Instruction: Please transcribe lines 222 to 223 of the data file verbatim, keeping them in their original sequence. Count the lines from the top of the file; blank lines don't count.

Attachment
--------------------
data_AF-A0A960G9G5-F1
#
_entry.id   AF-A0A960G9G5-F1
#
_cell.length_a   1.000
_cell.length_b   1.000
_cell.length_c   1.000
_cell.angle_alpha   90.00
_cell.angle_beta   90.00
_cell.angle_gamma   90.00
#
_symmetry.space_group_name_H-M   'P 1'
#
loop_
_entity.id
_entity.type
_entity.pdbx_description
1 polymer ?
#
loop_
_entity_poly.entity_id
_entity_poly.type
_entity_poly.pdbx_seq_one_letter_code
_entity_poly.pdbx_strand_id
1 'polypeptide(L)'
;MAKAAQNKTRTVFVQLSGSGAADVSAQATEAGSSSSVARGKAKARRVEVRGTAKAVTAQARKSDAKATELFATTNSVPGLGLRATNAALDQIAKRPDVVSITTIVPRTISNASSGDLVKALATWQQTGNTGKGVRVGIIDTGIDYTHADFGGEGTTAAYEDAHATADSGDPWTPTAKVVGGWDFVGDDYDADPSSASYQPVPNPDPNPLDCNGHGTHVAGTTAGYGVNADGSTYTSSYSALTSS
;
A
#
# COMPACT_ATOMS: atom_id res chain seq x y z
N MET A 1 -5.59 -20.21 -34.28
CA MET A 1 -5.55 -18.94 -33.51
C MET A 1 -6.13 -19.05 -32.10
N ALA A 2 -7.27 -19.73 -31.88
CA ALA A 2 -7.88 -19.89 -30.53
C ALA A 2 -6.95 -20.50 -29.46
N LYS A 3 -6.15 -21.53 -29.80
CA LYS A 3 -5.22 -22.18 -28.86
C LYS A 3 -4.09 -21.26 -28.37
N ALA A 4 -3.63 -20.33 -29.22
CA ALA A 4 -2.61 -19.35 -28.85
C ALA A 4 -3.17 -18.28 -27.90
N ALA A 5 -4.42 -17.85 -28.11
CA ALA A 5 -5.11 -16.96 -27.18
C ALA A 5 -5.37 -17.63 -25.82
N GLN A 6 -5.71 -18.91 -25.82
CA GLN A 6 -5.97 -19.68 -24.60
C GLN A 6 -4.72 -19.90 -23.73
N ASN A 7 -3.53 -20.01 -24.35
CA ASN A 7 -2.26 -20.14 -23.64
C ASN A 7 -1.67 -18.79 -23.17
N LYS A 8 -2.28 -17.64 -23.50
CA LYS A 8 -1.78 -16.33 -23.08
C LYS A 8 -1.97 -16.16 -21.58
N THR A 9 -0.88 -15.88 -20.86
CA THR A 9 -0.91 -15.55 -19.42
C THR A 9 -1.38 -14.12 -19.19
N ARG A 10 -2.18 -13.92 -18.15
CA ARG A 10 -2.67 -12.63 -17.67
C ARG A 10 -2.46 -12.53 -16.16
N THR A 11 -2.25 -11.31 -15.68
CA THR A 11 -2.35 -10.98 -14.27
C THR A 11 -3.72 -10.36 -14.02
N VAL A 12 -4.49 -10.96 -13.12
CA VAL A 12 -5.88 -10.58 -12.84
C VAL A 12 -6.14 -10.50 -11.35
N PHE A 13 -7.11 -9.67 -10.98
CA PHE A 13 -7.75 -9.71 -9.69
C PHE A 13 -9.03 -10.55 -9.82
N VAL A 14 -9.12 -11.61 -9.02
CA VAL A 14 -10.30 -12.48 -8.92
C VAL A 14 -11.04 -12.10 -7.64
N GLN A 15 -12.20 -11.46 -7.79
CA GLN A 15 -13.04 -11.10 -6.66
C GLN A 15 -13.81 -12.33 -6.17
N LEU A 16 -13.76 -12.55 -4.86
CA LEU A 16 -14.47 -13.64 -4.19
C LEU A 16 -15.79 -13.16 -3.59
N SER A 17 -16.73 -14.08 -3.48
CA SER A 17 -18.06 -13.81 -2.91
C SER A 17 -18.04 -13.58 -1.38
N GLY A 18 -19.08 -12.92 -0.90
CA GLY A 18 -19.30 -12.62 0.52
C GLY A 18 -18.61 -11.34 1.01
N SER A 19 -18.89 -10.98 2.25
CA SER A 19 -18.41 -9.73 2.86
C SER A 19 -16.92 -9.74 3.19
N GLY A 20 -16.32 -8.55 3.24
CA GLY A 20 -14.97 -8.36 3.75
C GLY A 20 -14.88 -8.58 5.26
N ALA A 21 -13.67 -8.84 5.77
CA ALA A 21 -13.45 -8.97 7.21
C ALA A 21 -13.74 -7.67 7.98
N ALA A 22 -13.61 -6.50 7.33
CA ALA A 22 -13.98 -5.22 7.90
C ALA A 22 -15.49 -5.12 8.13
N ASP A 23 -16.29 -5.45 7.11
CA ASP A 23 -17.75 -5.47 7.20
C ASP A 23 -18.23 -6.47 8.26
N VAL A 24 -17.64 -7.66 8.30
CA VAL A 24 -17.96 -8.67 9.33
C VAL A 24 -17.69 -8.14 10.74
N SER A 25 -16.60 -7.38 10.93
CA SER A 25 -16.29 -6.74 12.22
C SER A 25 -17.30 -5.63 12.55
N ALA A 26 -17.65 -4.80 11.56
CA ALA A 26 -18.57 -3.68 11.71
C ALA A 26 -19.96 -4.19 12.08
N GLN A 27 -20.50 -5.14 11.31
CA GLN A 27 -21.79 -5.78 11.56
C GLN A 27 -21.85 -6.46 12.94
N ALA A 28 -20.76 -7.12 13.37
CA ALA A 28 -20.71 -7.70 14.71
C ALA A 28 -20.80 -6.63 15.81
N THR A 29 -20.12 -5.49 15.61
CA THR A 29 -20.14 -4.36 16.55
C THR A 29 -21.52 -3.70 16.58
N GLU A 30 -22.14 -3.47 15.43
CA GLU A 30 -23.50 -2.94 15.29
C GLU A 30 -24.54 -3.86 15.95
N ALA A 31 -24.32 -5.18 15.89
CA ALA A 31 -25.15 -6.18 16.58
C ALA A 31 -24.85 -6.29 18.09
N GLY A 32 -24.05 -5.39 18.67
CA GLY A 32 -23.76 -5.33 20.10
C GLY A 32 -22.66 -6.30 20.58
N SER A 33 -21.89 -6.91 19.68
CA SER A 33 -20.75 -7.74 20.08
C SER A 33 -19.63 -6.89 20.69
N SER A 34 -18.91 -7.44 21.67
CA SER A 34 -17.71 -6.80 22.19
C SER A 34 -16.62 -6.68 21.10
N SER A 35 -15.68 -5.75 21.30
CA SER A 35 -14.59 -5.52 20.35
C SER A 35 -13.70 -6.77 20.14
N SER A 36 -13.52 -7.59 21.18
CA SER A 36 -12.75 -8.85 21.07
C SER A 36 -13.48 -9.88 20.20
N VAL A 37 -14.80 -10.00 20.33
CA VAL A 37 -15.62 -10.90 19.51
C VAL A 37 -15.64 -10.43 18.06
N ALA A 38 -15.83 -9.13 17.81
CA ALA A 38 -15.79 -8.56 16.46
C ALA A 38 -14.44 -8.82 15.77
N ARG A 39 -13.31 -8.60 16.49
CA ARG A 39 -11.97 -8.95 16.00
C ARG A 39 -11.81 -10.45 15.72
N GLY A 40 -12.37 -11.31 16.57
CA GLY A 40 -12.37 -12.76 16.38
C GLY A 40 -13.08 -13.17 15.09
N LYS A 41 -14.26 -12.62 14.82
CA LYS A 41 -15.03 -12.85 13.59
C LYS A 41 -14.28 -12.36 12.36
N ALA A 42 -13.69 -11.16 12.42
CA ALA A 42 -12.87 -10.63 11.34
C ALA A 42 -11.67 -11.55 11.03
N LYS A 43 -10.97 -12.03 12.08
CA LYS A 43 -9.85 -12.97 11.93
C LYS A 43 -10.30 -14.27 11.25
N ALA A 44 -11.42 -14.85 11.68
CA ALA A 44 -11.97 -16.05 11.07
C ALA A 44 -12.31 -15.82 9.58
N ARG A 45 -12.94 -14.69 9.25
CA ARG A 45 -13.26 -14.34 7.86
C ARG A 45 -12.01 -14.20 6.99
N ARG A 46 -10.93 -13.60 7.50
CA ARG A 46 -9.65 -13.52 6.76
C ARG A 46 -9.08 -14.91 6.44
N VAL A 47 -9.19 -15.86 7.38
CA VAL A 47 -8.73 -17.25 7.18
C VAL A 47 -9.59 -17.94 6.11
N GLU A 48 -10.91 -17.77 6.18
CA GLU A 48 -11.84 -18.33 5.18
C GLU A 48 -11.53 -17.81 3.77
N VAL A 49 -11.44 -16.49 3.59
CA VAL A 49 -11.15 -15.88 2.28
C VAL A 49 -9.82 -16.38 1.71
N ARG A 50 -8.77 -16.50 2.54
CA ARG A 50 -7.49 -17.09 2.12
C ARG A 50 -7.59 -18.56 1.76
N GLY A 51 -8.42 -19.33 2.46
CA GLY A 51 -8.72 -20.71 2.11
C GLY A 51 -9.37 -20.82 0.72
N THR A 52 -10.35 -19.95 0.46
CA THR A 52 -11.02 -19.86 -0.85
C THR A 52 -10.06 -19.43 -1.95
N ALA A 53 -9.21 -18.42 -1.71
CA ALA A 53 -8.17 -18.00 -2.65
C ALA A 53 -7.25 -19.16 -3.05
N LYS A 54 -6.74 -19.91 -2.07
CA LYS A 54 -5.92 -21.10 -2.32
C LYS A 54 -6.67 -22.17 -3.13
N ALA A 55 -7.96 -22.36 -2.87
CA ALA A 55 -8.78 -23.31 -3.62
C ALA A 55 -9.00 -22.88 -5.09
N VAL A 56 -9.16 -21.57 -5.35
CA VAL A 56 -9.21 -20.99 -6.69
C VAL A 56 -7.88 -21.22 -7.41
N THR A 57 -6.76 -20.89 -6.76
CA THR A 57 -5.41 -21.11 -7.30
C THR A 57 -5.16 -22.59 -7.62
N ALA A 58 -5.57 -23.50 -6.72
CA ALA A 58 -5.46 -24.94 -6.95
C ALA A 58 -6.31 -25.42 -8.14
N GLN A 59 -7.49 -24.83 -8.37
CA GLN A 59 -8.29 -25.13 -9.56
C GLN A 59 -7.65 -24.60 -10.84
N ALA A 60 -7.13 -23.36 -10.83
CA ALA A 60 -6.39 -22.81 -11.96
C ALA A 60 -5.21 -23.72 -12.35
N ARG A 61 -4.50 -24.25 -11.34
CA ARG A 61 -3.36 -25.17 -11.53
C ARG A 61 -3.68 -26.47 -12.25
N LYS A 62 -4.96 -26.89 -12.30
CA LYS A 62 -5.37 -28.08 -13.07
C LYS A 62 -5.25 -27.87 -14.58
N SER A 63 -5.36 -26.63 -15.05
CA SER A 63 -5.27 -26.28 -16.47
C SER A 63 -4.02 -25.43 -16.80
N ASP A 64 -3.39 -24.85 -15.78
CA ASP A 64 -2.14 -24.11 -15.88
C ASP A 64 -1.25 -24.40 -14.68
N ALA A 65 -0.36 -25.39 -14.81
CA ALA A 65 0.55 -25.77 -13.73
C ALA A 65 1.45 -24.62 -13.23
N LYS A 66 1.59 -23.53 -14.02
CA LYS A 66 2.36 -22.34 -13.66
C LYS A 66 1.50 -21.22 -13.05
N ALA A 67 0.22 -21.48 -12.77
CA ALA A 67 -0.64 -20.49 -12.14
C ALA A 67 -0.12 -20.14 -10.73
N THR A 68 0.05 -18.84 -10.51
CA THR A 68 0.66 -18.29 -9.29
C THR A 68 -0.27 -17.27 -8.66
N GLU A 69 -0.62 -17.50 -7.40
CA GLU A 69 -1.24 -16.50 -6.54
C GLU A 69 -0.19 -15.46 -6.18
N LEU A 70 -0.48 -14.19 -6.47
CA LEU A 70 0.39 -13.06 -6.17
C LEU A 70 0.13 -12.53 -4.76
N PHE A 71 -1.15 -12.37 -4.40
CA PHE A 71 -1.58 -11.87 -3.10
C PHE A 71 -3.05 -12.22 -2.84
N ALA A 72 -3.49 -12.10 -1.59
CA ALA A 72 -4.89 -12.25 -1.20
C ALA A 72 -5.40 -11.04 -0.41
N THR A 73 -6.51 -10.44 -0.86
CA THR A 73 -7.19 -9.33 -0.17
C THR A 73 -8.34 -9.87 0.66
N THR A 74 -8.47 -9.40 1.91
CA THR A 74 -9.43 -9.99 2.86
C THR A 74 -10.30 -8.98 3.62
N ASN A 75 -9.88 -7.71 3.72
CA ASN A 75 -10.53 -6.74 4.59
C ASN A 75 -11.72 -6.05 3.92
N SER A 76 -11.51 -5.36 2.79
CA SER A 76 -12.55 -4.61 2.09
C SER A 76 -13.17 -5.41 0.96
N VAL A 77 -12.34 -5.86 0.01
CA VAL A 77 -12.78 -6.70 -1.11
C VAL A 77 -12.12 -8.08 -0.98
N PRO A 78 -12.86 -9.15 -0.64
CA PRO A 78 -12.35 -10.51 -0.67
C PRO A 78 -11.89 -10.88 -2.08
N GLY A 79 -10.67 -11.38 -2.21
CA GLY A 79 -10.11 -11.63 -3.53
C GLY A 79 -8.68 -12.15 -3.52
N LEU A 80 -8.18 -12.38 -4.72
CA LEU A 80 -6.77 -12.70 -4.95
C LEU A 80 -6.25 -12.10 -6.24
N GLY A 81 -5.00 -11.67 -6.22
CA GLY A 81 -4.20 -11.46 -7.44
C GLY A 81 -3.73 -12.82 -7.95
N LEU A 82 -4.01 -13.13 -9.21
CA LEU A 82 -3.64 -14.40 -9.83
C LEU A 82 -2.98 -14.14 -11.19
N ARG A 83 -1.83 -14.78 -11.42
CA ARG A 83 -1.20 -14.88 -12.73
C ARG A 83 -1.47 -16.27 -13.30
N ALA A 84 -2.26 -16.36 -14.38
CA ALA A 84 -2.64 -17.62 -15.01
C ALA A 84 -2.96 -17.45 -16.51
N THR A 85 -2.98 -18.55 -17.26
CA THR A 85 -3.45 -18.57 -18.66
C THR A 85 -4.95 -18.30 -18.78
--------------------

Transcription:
C ASP A 64 -1.25 -24.40 -14.68
N ALA A 65 -0.36 -25.39 -14.81